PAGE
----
Cupco Games recently launched Splat Attack, a thrilling game in which your objective is to squash the incoming bugs by aiming and shooting at the right direction with the perfect precision. The game appears to be doing quite well on the App Store and in this DevDialogue, we have a chat with the development team at Cupco Games to know more about what inspired them to develop Splat Attack, their marketing strategy and thoughts on Apple’s developer ecosystem.
1. How did you conceive the idea for the App?
There was so much excitement when Cupco Games was formed we had trouble deciding which of our game ideas should see the light of day first. A lot of internal game pitching went on before finally electing the touch screen, sling-shot mechanic to base the design around. With a twist on the tower defense genre in mind, we quickly established a variety of themes to fit the gameplay, the same concept re-skinned multiple times – there was an underwater setting, another in space, and of course, there was one with a bunch of bumble bees. We decided the bug theme was the most unique and would be the most fun to play with, so we went with that.
2. Do you think Apple’s offerings for developers for developing Apps is good? Are there any changes required?
I can’t recall having any major issues with Apple’s development tools, and their documentation is quite extensive, so yes Apple certainly put a lot of effort into making sure developers can work without hiccups. Contacting them directly is another story, usually long and frustrating delays – but it was very rare not being able find what we were after documented somewhere.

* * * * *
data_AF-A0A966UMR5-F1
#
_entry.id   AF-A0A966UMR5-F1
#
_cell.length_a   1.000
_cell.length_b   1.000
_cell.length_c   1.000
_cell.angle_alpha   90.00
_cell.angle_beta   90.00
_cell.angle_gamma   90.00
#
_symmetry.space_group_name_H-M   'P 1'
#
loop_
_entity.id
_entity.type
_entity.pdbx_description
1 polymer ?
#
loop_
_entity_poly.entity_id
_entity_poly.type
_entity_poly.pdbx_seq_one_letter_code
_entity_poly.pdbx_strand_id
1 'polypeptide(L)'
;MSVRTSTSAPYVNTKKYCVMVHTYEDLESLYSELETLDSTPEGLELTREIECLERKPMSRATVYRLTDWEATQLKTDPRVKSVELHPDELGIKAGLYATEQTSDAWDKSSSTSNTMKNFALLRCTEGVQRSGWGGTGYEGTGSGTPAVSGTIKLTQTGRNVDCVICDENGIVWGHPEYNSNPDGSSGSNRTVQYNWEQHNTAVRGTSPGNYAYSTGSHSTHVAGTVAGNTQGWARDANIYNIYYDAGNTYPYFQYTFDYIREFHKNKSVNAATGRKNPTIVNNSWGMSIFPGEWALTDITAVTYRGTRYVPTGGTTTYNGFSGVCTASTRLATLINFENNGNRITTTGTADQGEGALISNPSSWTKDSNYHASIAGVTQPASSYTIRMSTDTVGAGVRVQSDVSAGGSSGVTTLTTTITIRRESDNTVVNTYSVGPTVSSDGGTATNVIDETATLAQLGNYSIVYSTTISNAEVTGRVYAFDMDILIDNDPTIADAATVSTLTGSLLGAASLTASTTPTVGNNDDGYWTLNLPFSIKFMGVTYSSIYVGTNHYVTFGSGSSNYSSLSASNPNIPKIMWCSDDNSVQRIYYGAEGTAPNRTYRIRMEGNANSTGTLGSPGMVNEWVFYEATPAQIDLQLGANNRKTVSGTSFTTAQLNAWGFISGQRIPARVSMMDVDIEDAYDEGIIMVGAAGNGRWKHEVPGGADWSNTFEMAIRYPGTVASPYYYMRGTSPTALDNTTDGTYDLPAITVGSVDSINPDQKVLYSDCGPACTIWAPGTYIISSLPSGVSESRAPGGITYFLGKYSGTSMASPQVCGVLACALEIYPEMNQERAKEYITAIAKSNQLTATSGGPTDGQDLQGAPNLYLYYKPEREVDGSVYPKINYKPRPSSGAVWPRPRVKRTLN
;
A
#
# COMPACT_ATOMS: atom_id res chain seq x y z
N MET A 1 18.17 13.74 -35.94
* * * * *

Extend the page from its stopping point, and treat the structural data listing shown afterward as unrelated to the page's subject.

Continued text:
3. What is your marketing strategy? What marketing techniques do you use to promote your App in this heavily competitive application space?
Heavily competitive application space is an understatement! Marketing has probably been our biggest obstacle. Stats I saw last week showed over 650,000 active apps, over 115,000 of them games – that is just insane! For Cupco Games, or for any developer who is debuting their first game on the App Store, this is easily the most under-estimated and complex aspect of today’s ‘game development’ – maybe less so for hobbyists, but certainly for anyone developing ‘full-time’.
We started looking into marketing since quite early in development, we knew we had to. All members of the team have worked for major developers / publishers in the past but none of us in marketing – our strength is development – and now that Splat Attack is released, I’m still not entirely sure that I fully understand app marketing, or that it can really be understood.
With such a saturated marketplace that the App Store is, it begins to feel closer to a lottery system where you submit your application in hopes of getting featured by Apple. I’d liken creating a commercially successful app to creating a successful internet meme, no one person can create a meme, it’s a movement that just sweeps through… it’s viral. Now I should say I don’t think a commercially successful app is quite as extreme, there are many factors and variables you can tweak to try and maximise your app’s exposure. Money is a big one. But I think there are two much more accessible ones for independent developers; a fun and engaging game, and word of mouth.